Osaka, like much of Japan, is highly vulnerable to natural disasters. From wind and rain typhoons to earthquakes and tsunamis, the Japanese government spares no effort on flood defence. Sea level rise means scientists must reevaluate their current strategies

Earth.Org has mapped what severe flooding could look like in Osaka by 2100. 

Osaka has been an important economic hub in Japan since the year 300, and is the second largest metropolitan area in the country today with 20 million inhabitants. According to a 2008 OECD report, Osaka is one the most vulnerable port cities in the world, risking USD $200 billion in damage from coastal flooding. 

Sitting on low-lying flatlands, Osaka was reminded of its exposure to paralysing floods on September 4th, 2018 as typhoon Jebi made landfall. 11 people were killed and 700 more injured while a massive oil tanker crashed into a bridge, and the Kansai international airport was flooded.  

The Japanese are no strangers to natural disaster, having dealt with some of the worst earthquakes, tsunamis and heavy flooding. Their flood defence systems are carefully built based on scientific models, but these must be updated to keep up with recent advances. The dykes and flood gates on the Yodo River, which runs through the city, can withstand a 1-in-200 year flood (whose intensity has a 0.5% chance occurring in any given year). However, sea level rise is changing the baseline, and will eventually shift a 1-in-200 to a 1-in-100 and so on. 

Japan wrote a law in 2015 requesting municipalities to prepare for 1-in-1000 year scenarios, before the latest reports predicting a 1 to 2 metre rise in sea level. The costs will be huge, but the alternative could cost even more, adding the financial to the human cost. Earth.Org has modelled what severe flooding would look like in Osaka by 2100, to illustrate the extreme necessity of prevention.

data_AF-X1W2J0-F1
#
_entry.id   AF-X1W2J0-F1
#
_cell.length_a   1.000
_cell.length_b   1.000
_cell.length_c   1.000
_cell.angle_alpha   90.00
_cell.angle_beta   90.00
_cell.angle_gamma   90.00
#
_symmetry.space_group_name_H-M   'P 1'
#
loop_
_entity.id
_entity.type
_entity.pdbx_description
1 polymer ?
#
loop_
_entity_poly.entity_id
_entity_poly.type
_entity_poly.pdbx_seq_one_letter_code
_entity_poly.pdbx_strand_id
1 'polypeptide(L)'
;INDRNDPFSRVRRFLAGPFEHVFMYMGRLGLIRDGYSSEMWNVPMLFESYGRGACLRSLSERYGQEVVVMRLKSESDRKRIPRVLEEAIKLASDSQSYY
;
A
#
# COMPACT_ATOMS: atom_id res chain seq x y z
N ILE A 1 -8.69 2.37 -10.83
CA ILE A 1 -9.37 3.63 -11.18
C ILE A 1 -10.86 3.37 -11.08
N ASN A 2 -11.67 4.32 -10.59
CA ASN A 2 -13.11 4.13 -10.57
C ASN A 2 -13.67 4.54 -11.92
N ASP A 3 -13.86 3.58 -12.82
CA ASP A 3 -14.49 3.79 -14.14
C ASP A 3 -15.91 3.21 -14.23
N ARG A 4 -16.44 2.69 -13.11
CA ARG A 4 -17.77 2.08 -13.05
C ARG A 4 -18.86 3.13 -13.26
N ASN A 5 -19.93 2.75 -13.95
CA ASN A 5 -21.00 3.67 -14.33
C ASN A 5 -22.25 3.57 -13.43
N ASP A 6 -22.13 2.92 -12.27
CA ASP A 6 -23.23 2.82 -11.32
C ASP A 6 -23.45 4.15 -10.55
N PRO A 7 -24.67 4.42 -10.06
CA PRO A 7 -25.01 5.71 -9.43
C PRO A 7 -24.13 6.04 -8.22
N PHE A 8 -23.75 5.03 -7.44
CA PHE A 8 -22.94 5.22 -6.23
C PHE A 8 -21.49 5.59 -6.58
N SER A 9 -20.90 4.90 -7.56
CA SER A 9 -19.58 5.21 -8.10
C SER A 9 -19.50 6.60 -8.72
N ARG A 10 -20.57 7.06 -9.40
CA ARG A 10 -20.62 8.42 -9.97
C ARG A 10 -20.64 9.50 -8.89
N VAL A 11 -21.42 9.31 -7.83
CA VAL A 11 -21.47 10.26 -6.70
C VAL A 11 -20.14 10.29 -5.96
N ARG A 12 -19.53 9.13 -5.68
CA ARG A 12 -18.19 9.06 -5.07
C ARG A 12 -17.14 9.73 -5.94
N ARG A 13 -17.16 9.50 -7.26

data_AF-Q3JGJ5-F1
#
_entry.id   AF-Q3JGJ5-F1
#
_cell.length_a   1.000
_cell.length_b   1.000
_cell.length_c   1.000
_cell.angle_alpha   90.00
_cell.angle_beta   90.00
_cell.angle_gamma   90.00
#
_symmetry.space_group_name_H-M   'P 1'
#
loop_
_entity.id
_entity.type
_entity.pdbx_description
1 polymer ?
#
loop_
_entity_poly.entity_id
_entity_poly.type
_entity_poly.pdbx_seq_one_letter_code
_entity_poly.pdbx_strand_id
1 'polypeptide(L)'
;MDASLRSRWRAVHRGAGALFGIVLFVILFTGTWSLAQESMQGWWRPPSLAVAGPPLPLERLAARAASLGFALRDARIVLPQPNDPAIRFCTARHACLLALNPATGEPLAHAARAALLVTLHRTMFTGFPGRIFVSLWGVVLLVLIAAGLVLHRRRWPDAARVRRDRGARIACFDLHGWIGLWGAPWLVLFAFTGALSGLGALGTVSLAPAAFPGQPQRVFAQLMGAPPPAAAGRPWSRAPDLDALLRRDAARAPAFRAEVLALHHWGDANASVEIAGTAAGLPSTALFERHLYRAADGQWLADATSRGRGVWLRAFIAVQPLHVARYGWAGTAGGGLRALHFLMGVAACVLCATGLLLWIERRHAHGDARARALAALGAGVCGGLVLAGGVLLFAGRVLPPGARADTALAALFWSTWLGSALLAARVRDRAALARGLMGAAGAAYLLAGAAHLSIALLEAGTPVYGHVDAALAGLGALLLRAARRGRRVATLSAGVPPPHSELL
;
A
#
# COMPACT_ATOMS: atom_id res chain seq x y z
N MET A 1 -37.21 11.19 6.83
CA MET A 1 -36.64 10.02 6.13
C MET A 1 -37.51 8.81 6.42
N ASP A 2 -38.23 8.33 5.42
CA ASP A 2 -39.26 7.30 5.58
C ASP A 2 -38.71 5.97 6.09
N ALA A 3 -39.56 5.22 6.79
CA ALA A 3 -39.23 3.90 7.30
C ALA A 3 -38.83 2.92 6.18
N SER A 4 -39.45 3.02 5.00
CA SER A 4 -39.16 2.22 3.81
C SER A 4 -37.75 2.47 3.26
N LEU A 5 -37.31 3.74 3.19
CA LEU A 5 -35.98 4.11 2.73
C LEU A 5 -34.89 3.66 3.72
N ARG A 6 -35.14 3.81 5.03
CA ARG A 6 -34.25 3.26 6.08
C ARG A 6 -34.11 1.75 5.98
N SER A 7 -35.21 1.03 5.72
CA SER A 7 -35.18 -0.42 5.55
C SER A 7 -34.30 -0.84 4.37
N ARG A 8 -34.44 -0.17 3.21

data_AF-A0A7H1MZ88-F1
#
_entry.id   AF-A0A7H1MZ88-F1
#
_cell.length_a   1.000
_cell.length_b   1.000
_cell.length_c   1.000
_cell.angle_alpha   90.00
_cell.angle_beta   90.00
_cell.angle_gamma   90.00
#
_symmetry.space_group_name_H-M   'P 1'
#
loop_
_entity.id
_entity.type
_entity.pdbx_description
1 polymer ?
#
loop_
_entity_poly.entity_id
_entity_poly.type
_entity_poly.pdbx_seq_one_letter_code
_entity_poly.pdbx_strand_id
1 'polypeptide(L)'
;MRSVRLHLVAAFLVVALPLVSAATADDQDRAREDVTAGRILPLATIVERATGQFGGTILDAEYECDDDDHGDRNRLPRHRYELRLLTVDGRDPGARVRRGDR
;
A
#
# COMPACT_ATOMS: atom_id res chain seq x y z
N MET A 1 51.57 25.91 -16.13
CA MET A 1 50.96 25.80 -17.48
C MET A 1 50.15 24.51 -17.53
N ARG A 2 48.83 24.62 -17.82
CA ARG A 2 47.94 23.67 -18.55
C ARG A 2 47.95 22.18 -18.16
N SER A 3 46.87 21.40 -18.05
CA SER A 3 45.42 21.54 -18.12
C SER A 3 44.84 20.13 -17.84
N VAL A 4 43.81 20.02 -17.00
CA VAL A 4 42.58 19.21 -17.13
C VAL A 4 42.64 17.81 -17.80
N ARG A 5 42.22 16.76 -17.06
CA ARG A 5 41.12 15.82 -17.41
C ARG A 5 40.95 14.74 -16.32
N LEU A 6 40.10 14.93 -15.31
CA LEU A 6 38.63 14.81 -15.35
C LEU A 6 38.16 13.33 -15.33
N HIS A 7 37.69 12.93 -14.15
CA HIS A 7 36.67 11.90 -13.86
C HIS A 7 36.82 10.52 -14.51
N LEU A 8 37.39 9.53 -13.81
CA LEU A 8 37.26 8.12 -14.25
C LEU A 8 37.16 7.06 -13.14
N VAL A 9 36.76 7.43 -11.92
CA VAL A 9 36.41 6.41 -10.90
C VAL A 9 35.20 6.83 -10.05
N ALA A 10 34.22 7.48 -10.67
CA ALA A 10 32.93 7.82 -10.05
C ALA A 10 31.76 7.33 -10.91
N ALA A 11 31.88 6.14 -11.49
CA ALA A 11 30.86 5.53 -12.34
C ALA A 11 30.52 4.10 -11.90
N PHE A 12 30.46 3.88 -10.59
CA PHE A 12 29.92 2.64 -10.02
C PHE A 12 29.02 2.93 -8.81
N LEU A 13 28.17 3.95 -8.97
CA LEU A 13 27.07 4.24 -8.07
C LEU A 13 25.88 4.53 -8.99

Sea Level rise 2100 Osaka

Sea level rise projections by 2100 for two scenarios with the amount of rise in meters indicated (mild = 2m; extreme = 4m). Percentage and total population displacement indicated bottom right.

Methodology

Global mean sea level is projected to rise by 2m at the end of this century. However, in order to determine local sea level rise (SLR), one has to take into account local coastal flood levels which could be 2.8m above Mean Higher-High Water (MHHW) at extreme forecasts. These local levels bring variability to the projected SLR from 1m to 6.5m (eg. Rio vs Kolkata).

The SLR scenarios used in this study are based on the forecasts from Climate Central – Coastal Risk Screening Tool  with the following parameters:

Sea level Projection Source: is from two highly cited journals by Kopp et al., estimating SLR mainly due to ocean thermal expansion and ice melt. The mid-range scenario projected 0.5-1.2m of SLR based on different representative concentration pathways (RCP) defined by the IPCC. While the pessimistic scenario added more mechanisms of ice-sheet melting, estimating SLR at 1m-2.5m in 2100, with projection of 10m SLR at 2300.

Coastal Flooding: More frequent coastal flooding is a direct impact of sea-level rise. Based on the Global tides and surge reanalysis by Muis et al., (2016), it is estimated that the extreme coastal water level could be from 0.2 – 2.8m over mean level. While in extreme cases like China and the Netherlands it could experience 5-10m of extreme sea levels. Here, the coastal local flood level is added on top of the projected SLR.

Pollution Scenario: allows to choose the RCP, the greenhouse gas concentration trajectory defined by the IPCC.  The mild level is based on RCP4.5, of 2°C temperature rise; while Extreme level is based on RCP 8.5, of 4°C temperature rise.

Luck: applies to the the baseline SLR, defined in the “Sea level projection” section, upon which we add flooding. “Mild” refers to the mid-range scenario of 0.5-1.2m, and “extreme” to the pessimistic scenario of 1-2.5m. We used the high-end value of each scenario (mild = 1m; extreme = 2.5m).

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